Study: 'Emergent' Workers Thrive On Challenges; Value Performance

U.S. employees are moving away from traditional views of their employers and jobs toward a more progressive "emergent" model, according to a survey by Ft. Lauderdale-based Interim Services Inc. The 1999 Emerging Workforce Study, which was conducted in conjunction with national research and consulting firm Louis Harris & Associates Inc., N.Y., found that 22% of the workforce is "emergent," 29% is "traditional," and 49% is "migrating." Emergent workers are more concerned with gaining new experiences and having opportunities for mentoring and growth. They feel more in control of their careers and want an employer that rewards them based on performance. Traditional workers are more concerned with job security, stability, and clear direction. They feel that an employer is responsible for providing a clear career path and in return deserves an employee's long-term commitment. Migrating employees have mixed views but are migrating toward emergent values, according to Interim. Talent recruiter Interim believes the shift toward emergent values is a result of the downsizings of the '80s and '90s -- workers are no longer content to depend on their employers for job security and career development. The emergent worker spans across all age groups, industries, and regions and is expected to represent the majority of the American workforce in the near future, Interim notes. Other survey findings:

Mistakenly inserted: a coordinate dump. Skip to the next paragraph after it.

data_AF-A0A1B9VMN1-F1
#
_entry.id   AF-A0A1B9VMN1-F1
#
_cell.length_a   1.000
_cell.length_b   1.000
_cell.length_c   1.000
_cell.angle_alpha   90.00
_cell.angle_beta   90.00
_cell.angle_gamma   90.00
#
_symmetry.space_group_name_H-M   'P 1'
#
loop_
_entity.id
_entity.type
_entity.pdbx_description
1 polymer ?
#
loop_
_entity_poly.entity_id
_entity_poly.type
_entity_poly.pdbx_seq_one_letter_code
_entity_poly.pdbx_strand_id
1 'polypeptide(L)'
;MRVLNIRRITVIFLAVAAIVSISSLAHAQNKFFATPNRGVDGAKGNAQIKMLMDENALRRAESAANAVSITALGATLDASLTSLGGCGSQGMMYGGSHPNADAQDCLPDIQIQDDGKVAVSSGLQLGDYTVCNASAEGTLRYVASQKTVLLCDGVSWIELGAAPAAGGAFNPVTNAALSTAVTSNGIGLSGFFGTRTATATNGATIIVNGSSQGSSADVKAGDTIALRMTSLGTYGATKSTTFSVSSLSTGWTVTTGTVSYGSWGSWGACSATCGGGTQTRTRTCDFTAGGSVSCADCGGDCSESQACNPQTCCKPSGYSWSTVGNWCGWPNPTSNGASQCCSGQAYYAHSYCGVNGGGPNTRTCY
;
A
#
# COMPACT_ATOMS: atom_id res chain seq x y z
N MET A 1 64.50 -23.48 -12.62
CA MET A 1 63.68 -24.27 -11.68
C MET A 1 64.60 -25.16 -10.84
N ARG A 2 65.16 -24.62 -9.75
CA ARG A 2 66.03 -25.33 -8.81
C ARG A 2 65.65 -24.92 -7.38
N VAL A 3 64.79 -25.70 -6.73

• The emergent workforce does not like to follow rules or organizational charts, but thrives on gaining new experiences even if it is stressful.
  • Emergent workers like working for companies whose values match their own, strongly rejecting traditionally minded employers.
  • Ratings of job satisfaction, trust in employer, quality of management, and loyalty to employer were 25% higher from respondents who reported that their supervisor was their friend.
  • The study results dispels the myth of a slowdown among older workers age 53 and up. Older workers will become increasingly important to fill labor shortages.
  • No matter how much a company invests in fringe benefits, a bad supervisor can override that effort and cause employees to leave.
For more information on the study's findings, contact Interim's corporate communications department at 800-422-3819.
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